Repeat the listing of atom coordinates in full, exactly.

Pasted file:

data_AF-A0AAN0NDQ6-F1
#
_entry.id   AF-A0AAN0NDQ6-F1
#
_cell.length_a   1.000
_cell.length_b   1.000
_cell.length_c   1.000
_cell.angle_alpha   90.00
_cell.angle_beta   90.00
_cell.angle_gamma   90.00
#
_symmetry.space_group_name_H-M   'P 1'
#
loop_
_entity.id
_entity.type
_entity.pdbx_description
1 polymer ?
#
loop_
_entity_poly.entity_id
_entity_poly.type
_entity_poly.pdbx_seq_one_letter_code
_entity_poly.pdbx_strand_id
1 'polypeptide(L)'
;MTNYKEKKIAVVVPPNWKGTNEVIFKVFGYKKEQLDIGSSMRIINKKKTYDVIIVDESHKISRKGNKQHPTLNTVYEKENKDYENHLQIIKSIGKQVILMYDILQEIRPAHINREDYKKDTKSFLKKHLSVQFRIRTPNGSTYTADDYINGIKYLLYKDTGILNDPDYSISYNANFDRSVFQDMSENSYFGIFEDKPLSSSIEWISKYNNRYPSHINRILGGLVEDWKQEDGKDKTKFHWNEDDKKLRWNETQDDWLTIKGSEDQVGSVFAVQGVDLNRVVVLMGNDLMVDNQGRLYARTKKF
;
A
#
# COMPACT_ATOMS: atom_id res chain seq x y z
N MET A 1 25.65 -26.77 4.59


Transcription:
data_AF-A0AAN0NDQ6-F1
#
_entry.id   AF-A0AAN0NDQ6-F1
#
_cell.length_a   1.000
_cell.length_b   1.000
_cell.length_c   1.000
_cell.angle_alpha   90.00
_cell.angle_beta   90.00
_cell.angle_gamma   90.00
#
_symmetry.space_group_name_H-M   'P 1'
#
loop_
_entity.id
_entity.type
_entity.pdbx_description
1 polymer ?
#
loop_
_entity_poly.entity_id
_entity_poly.type
_entity_poly.pdbx_seq_one_letter_code
_entity_poly.pdbx_strand_id
1 'polypeptide(L)'
;MTNYKEKKIAVVVPPNWKGTNEVIFKVFGYKKEQLDIGSSMRIINKKKTYDVIIVDESHKISRKGNKQHPTLNTVYEKENKDYENHLQIIKSIGKQVILMYDILQEIRPAHINREDYKKDTKSFLKKHLSVQFRIRTPNGSTYTADDYINGIKYLLYKDTGILNDPDYSISYNANFDRSVFQDMSENSYFGIFEDKPLSSSIEWISKYNNRYPSHINRILGGLVEDWKQEDGKDKTKFHWNEDDKKLRWNETQDDWLTIKGSEDQVGSVFAVQGVDLNRVVVLMGNDLMVDNQGRLYARTKKF
;
A
#
# COMPACT_ATOMS: atom_id res chain seq x y z
N MET A 1 25.65 -26.77 4.59